Distribution Channels for Wine Tourism in New Zealand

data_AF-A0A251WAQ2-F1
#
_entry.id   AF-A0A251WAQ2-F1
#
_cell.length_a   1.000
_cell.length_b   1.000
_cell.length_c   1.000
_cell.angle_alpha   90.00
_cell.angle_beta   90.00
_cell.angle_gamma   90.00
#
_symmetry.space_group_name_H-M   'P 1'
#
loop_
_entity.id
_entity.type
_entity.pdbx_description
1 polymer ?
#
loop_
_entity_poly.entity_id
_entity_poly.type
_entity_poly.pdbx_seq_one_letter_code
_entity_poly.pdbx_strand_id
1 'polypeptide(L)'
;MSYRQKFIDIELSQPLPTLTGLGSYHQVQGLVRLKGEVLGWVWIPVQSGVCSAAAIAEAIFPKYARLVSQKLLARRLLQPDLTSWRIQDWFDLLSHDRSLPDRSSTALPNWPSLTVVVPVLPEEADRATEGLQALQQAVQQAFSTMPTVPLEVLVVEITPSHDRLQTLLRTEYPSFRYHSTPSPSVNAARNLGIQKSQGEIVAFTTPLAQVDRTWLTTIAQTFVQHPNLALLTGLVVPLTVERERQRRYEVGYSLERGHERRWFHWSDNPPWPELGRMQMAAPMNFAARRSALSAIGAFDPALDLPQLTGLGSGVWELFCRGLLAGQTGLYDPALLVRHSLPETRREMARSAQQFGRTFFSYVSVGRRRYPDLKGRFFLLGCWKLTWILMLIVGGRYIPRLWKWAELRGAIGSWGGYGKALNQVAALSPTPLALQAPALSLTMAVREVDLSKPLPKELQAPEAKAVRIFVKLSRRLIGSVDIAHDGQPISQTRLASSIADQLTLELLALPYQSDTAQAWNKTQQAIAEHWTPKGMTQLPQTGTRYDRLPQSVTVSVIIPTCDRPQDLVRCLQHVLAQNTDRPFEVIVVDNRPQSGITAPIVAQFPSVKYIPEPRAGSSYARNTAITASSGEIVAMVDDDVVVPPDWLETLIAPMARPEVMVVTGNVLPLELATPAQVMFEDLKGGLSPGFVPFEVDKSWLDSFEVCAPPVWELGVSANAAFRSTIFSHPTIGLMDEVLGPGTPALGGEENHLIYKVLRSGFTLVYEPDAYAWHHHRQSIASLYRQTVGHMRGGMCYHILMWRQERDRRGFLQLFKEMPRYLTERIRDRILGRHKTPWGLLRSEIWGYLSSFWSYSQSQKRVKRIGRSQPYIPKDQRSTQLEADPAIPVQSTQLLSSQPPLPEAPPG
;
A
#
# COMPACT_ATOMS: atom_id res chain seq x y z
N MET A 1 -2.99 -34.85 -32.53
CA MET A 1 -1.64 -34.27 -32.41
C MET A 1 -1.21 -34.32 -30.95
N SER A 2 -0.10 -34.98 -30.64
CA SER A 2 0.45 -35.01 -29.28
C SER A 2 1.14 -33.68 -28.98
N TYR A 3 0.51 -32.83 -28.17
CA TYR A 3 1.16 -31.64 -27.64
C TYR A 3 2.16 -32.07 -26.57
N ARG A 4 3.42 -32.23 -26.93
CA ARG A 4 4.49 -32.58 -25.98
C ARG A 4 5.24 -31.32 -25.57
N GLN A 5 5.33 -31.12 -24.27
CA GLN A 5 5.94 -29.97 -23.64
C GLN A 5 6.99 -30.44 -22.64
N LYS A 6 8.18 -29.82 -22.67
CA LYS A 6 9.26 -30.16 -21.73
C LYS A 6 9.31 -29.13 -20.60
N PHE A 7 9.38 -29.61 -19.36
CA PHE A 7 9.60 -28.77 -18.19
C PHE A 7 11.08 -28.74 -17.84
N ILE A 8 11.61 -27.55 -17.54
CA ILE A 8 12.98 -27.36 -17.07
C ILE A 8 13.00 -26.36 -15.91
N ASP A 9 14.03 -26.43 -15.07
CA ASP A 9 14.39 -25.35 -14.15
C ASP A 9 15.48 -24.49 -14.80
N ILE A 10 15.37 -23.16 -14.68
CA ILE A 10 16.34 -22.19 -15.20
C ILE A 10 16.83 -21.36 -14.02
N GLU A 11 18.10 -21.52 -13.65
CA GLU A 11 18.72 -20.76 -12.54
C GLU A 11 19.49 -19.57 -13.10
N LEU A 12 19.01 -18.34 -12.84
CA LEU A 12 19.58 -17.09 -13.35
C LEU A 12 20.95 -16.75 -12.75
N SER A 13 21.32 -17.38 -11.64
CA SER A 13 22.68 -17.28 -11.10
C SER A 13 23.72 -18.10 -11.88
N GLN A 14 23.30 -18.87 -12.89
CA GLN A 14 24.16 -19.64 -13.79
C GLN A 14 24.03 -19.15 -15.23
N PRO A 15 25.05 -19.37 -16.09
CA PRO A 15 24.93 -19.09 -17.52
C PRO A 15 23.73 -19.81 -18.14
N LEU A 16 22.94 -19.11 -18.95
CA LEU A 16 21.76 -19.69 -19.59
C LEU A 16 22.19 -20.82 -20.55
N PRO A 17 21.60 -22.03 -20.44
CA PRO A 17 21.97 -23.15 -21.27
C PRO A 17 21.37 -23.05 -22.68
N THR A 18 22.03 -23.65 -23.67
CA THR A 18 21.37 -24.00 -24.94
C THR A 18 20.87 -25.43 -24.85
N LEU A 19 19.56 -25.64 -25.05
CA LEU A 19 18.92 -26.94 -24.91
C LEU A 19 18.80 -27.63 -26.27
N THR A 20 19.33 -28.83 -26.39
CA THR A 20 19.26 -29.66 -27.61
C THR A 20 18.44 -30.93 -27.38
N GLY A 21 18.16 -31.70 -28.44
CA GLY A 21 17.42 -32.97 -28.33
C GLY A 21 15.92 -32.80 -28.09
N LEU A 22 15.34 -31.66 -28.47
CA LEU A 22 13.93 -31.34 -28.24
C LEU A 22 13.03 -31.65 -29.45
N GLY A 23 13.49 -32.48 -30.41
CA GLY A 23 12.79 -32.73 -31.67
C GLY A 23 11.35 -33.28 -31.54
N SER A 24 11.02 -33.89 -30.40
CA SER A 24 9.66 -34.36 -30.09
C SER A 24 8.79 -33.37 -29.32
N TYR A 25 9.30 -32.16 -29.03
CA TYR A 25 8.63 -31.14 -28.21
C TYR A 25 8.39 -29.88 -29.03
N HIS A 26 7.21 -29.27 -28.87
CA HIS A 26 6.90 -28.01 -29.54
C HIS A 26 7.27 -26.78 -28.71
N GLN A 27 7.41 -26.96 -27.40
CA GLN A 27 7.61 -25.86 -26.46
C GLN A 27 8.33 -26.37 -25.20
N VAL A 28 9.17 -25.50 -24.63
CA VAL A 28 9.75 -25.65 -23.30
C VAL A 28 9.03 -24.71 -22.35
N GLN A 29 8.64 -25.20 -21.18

This study examines the structure of the distribution channels and the underlying factors influencing the most prominent channel choices within the wine tourism industry in New Zealand. This research specifically compares wine tourism in Marlborough and Auckland. It aims to provide a better understanding of the distribution channels for practitioners in the wine tourism industry, with the hope of assisting them to develop their wine tourism businesses successfully and manage the businesses growth effectively. This is a destination-based study performed by employing qualitative approaches focusing on the supply-side through semi-structured interviews. These in-depth interviews were conducted with the owners or managers of the local wine tour operators and wineries in the two regions. The findings generally show that wine tourism businesses place a clear priority on direct distribution of their wine tourism product to visitors “at destination”; the majority of customers of all these businesses are independent visitors. Specifically, overseas independent tourists comprise the largest portion of customers to local wine tour operators in Marlborough and Auckland. The wine tour operators work more actively with intermediaries and reach tourists “in market”, “while travelling” and “at destination” than wineries in these two regions. Marlborough wineries and Auckland wine tour operators and wineries receive domestic corporate groups, most of whom are approached “at destination” with direct distribution. Compared with wineries in Marlborough, more corporate groups use Auckland wine tour operators to visit wineries. Marlborough wineries and wine tour operators, and Auckland wine tour operators receive more international visitors, whereas the majority of visitors to Auckland wineries are from Auckland. When considering the function of wine tourism distribution channels, information provision, reservation and purchase are nearly equally important to local wine tour operators in both Marlborough and Auckland; the most widely used functions for Marlborough wineries is information provision; for Auckland wineries, information provision and purchase play significant roles in the distribution of wine tourism product. Factors influencing distribution channel choice include information provision cost, commissions, businesses’ attitudes towards tourism, perceptions of the Internet, service diversity, capacity, accessibility, availability, market segments, reputation and nature of intermediaries.